British Columbia

RCMP too big to fix, says former spokesperson Catherine Galliford

Former RCMP spokesperson, Catherine Galliford, responded to the national apology from the RCMP and the settlement awarded to hundreds of women who suffered abuse from colleagues while on the job.

'They are talking about changing a culture and I don’t know if that can be changed'

Former high-profile RCMP spokesperson, Catherine Galliford, settled her own harassment lawsuit with the force in May. She shared her thoughts on the apology with CBC's On The Coast. (Senate)

The RCMP offered a national apology Thursday to female officers and employees who were subjected to harassment, discrimination and sexual abuse while on the job.

Compensation could total up to $100 million.

Catherine Galliford, a former high profile RCMP spokeswoman, filed an individual lawsuit in 2012 and settled in May. Hundreds of other women came forward afterwards, resulting in two class action lawsuits.

Galliford spoke with On The Coast host, Gloria Macarenko, to share her reaction to the apology and settlement.

Q: What goes through your mind when you hear the emotional responses to the apology from other women?

I am so proud of them. 

This is like a revolution because people are talking about it now. I don't want the members of the RCMP to stop talking about this because now they have a voice.

Q: The settlement covers all women in the RCMP since 1974. What do you think about those terms?

I think those terms are amazing. But what struck me today was the national apology.

For these women to have a national apology from the Commissioner of the RCMP, to have him say we owe these women an apology, that is worth more to them than anything.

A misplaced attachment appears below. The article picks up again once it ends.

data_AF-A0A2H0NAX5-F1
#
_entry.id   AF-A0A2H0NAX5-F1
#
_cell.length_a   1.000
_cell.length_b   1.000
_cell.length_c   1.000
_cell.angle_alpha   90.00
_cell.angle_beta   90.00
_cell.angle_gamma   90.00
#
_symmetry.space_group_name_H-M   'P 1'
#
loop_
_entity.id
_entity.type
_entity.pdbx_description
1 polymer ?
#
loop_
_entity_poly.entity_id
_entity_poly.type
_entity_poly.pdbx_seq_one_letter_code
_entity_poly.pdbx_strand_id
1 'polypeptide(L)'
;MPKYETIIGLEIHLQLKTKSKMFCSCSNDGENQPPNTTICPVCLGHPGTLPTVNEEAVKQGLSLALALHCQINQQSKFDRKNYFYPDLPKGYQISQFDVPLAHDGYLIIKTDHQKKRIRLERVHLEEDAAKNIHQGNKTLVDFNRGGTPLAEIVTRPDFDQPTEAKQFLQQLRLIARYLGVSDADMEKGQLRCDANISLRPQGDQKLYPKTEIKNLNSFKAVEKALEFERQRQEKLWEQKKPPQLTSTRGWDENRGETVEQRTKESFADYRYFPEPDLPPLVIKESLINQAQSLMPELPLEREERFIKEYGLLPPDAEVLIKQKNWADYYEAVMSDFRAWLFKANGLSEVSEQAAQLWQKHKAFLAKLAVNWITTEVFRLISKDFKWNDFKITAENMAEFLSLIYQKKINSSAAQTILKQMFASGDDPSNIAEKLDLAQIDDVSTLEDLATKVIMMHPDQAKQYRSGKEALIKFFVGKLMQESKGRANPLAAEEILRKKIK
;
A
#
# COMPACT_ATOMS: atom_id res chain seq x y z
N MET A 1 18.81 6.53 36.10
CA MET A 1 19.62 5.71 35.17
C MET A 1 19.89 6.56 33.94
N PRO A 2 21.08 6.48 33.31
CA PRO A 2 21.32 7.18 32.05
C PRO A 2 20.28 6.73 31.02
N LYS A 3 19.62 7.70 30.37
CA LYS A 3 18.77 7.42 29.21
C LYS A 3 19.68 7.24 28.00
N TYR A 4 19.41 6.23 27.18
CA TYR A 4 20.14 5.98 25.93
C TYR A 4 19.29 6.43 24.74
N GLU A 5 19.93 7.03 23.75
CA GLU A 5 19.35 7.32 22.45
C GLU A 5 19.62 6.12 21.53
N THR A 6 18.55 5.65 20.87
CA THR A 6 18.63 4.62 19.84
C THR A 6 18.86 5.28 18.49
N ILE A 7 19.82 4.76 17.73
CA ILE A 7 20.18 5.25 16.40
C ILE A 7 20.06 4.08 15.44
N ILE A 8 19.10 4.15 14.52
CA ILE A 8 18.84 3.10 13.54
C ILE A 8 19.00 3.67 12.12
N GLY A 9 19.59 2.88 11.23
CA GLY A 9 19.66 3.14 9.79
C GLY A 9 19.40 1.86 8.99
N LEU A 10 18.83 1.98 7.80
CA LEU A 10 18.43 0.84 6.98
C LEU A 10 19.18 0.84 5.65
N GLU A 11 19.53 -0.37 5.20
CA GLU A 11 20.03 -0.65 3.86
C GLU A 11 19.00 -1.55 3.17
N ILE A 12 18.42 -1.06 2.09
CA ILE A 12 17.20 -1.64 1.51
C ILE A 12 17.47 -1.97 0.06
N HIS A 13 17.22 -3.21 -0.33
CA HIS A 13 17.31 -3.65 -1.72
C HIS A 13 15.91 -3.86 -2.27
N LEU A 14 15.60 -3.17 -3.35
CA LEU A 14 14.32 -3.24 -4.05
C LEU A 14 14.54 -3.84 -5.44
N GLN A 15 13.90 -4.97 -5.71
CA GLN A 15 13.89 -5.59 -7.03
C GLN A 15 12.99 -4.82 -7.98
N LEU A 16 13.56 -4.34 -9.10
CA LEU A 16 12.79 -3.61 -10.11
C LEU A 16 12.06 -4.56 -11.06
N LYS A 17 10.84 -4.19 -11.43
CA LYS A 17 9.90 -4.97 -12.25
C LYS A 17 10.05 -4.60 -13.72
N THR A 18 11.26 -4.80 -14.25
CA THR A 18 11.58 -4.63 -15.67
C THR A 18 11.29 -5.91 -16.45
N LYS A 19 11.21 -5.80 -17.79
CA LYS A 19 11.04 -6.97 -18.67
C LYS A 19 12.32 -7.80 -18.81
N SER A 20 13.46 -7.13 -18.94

Q: Do you think this settlement goes far enough?

I think they are talking about changing a culture and I don't know if that can be changed.

I think the RCMP has gotten too big to be managed. There are a lot of women and men who have been harassed to the point where they are still trying to do their jobs but are walking zombies.

People are afraid to complain and are still being harassed.

I don't believe the RCMP in its current state can be fixed. I think it should be a federal police board only and provincial governments can set up their own police forces.

Q: Presumably, many perpetrators are still working in the force. Do you think that's fair?

There are many sexual predators, harassers, and perpetrators, still working. There is no accountability for the perpetrators and I think that is what everyone is sitting back and waiting for.

Why are we being asked, or demanded, to go back into the workplace when we still have our perpetrators in there?

There are certain people in there that I could never work beside and I am waiting to see what happens to them.

Q: What other accountability would you like to see?

I would like to see the perpetrators held accountable. Shame them. Have the RCMP hold them up and shame them. The whistleblowers are the ones who have been shamed and demeaned and humiliated. I don't understand why the RCMP isn't turning the tables.

Q: You reached your own settlement in May. What are you doing now?

Almost daily I am a conduit for other members who are trying to file a complaint and need someone to talk to.

The continual harassment within the RCMP gave me PTSD and now that I am separated from my abuser I am going to treatment to hope that I can continue to move forward in my life. And that's what I hope for all the other women.

With files from On The Coast.

To hear the complete interview with Catherine Galliford, click on the audio labelled, Catherine Galliford responds to RCMP apology and settlement.